Press the Windows key + Ctrl + Shift + b to force a refresh of the video display/adapter. You’ll hear a short beep before the screen dims and then restarts. If this step has been successful, that should be the end of your black-screen woes.
  • Reset your PC
    If none of these efforts have reaped a reward, it’s time to reset your PC. You’ll need to enable safe mode again. Then enter “Reset from the search bar” and select the Reset this PC option. Click on Get Started and choose Keep my files. To finish, follow the instructions that appear.  

PC problems: How to fix the black screen of death after a Windows 10 Update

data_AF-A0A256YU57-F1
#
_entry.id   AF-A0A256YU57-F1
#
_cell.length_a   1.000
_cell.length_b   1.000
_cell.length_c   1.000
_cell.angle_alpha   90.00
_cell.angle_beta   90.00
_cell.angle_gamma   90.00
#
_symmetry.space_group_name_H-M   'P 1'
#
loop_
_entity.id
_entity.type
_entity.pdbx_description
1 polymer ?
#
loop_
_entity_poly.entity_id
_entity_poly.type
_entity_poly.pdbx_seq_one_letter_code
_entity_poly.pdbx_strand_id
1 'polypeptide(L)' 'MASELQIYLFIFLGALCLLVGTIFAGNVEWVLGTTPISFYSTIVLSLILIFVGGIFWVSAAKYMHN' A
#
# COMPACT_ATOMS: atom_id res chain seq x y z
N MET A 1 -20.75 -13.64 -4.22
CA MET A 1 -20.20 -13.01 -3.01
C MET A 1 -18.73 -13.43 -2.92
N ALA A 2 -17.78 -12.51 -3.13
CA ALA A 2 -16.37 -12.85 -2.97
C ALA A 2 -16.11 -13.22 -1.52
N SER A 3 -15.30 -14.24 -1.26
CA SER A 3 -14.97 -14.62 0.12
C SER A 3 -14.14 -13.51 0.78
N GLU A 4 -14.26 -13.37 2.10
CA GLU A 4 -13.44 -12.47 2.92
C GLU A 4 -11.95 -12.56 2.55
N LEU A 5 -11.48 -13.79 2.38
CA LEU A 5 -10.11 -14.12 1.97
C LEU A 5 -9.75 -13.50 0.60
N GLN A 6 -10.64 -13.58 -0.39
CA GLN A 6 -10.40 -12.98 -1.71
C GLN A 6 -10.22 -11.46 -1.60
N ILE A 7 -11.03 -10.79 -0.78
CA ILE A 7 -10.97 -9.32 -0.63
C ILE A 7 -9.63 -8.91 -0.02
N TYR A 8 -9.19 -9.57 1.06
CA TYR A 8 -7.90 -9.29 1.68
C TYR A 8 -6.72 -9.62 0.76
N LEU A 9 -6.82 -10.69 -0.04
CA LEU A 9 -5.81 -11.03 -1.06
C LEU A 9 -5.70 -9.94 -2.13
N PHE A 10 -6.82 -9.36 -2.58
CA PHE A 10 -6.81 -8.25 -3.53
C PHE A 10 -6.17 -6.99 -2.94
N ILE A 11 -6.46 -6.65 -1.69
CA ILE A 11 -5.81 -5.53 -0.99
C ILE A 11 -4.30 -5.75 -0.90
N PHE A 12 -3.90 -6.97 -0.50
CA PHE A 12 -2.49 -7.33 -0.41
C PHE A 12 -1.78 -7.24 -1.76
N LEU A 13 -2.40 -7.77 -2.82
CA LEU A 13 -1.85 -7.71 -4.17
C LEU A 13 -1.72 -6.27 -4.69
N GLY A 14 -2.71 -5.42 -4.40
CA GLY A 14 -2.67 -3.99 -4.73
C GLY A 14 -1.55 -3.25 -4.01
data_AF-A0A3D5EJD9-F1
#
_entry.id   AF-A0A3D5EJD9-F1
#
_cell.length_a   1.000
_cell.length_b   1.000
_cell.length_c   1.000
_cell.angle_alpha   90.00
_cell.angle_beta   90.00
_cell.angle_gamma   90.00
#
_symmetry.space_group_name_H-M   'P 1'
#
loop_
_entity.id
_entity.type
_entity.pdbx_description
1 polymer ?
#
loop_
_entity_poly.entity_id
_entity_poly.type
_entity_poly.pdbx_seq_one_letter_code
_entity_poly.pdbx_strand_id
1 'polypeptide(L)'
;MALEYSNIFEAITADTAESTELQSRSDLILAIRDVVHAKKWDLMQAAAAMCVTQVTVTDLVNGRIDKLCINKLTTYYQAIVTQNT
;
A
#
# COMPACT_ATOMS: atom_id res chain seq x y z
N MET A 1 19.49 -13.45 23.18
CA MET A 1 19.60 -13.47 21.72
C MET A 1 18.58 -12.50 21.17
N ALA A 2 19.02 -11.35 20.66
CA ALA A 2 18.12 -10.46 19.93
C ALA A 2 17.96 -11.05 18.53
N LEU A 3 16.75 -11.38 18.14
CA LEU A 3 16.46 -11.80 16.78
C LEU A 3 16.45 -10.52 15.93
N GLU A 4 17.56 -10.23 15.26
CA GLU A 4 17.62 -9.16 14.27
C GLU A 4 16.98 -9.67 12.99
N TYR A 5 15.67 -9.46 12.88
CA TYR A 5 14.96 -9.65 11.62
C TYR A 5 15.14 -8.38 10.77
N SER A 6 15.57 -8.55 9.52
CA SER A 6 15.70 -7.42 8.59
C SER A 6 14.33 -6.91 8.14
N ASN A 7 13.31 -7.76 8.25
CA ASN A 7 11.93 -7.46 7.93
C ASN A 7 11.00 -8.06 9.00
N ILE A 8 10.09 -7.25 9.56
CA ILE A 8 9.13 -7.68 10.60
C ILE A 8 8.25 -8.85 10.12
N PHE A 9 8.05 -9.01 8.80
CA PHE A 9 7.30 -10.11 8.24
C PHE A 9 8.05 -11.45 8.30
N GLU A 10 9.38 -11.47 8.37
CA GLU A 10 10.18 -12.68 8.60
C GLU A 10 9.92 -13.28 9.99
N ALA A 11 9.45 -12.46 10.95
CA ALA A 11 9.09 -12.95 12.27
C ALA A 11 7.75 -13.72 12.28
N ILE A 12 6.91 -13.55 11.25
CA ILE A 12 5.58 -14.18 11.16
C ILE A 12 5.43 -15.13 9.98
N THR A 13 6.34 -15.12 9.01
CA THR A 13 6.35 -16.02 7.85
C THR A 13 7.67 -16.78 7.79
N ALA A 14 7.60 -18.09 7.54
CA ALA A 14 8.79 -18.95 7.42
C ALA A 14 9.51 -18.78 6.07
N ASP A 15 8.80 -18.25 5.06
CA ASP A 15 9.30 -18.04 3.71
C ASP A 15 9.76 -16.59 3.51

Sometimes, installing new software or updating the operating system can cause problems. If you think this could be to blame, try these options. 

  • Update your graphics card driver:
    Sometimes, when the operating system updates, it fails to instantly install a later version of the graphics driver. Computers dislike incompatible or outdated graphics card drivers and may protest by turning the screen black.

    1. Restart your computer in Safe Mode 
    2. Enter Windows Diagnostics mode by pressing the power button repeatedly and choosing Advanced Options. Then click on Startup Settings. 
    3. Select Advanced option. 
    4. Choose Restart and click the number 5 key on the keyboard to enable Safe Mode with Networking. 
    5. Select the This PC icon and then Properties. 
    6. On the left side of the display, click on Device Manager. 
    7. Find your Windows graphic card driver under the option Display Adapters and right-click on it. 
    8. Choose Update Driver from the options and then click on Search automatically for updated driver software.